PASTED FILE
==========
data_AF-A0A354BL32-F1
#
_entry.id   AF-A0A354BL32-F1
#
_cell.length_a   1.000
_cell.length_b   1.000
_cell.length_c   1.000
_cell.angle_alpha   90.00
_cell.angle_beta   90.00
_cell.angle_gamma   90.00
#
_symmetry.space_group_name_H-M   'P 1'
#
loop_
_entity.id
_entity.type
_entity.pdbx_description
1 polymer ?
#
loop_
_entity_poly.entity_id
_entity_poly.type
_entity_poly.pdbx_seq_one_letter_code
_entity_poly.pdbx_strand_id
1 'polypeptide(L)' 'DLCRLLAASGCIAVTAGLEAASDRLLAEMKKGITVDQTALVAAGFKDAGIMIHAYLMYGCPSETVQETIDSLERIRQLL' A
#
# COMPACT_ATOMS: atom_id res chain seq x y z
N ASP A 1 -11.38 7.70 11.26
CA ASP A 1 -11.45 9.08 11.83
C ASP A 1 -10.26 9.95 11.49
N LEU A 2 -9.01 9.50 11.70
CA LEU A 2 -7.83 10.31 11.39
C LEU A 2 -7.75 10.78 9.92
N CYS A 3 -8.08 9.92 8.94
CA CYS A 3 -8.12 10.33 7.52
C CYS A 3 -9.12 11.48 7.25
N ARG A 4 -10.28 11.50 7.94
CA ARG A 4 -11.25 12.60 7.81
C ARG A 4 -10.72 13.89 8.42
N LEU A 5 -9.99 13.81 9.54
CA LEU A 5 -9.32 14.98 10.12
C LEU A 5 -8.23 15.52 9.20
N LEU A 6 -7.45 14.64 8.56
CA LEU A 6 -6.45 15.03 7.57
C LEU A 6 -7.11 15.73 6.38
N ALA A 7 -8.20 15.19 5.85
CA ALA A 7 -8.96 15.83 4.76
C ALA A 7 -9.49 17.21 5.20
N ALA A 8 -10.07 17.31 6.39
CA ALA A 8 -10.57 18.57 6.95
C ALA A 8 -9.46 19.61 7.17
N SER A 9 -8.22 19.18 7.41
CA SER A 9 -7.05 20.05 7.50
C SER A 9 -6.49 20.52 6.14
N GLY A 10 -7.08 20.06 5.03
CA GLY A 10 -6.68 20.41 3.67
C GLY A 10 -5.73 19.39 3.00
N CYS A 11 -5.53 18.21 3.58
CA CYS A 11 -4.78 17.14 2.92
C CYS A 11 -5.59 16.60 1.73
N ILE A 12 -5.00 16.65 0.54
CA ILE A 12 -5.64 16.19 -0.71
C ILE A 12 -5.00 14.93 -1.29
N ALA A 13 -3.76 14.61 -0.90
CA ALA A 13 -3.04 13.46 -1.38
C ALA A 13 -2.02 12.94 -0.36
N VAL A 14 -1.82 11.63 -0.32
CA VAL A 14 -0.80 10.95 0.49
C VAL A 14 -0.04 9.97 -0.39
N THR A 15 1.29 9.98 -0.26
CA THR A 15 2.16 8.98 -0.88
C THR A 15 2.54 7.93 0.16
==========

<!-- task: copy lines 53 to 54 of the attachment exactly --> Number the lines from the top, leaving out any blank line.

CA SER A 9 -7.05 20.05 7.50
C SER A 9 -6.49 20.52 6.14